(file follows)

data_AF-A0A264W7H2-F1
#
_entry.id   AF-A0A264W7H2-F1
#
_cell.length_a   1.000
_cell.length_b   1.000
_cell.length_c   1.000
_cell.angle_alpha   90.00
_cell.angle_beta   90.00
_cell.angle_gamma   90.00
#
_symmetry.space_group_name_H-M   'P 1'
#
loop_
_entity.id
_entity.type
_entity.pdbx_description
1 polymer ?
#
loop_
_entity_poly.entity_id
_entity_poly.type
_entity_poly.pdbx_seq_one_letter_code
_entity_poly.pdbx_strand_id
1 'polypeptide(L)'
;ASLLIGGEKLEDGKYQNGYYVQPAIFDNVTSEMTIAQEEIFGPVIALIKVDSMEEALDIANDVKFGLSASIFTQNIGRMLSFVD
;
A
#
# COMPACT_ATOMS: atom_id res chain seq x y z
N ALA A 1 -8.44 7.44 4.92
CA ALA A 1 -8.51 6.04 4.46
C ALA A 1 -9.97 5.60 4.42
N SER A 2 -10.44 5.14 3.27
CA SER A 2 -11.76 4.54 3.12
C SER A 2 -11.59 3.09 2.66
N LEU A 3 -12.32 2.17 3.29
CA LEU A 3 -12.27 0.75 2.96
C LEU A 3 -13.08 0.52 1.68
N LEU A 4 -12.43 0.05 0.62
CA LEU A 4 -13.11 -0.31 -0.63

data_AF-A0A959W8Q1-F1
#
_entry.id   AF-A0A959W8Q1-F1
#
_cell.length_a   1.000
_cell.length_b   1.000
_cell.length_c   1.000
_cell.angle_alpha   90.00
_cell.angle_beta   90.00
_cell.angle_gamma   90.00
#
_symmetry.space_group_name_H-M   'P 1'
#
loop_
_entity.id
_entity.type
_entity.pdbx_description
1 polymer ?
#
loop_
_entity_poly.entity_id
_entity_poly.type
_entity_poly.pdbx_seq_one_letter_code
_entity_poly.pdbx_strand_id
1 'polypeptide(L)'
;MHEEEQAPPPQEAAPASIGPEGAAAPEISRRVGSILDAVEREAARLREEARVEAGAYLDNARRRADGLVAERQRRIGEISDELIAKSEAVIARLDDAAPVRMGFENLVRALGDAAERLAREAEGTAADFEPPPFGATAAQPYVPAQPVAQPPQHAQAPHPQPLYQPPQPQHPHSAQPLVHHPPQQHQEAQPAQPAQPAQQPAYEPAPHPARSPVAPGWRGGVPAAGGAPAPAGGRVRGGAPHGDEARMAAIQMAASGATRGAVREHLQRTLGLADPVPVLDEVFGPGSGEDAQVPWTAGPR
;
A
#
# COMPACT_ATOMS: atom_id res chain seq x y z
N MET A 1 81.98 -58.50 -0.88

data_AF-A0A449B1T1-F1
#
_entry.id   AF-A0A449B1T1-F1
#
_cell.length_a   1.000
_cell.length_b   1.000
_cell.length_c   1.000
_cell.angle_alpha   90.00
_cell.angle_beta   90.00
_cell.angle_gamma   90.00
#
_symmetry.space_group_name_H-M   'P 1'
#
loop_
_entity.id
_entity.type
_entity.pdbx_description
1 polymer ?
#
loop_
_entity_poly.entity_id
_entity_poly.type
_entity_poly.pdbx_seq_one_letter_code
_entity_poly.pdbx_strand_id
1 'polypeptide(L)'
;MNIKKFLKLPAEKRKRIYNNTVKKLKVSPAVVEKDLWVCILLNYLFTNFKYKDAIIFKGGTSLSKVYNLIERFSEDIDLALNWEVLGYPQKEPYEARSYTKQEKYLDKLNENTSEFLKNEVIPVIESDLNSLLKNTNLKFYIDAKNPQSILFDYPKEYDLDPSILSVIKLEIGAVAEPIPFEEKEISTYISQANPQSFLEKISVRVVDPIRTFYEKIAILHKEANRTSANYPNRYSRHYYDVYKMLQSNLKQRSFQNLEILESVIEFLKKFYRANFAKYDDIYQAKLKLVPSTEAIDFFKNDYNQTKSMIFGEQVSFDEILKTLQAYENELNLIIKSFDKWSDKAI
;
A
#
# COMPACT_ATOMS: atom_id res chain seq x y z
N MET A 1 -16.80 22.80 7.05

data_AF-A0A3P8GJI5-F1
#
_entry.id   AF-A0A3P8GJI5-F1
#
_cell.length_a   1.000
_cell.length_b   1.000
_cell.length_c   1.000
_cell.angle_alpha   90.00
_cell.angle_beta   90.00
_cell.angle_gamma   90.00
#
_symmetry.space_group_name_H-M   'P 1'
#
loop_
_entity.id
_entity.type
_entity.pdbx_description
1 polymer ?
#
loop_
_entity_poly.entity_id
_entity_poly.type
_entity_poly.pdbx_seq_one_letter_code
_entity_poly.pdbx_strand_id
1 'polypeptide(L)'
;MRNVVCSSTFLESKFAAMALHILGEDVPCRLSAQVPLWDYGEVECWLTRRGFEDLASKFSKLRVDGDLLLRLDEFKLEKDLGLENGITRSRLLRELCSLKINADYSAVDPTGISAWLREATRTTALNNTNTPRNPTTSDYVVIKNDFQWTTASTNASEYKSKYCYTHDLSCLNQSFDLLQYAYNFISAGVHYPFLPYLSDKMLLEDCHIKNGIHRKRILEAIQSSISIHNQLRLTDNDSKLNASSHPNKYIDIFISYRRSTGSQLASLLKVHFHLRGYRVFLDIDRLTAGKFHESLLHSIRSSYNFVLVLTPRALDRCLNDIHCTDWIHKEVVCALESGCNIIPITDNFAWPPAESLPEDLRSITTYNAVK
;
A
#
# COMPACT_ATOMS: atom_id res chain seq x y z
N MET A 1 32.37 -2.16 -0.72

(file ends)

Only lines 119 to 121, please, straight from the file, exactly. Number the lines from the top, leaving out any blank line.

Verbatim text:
_entity.type
_entity.pdbx_description
1 polymer ?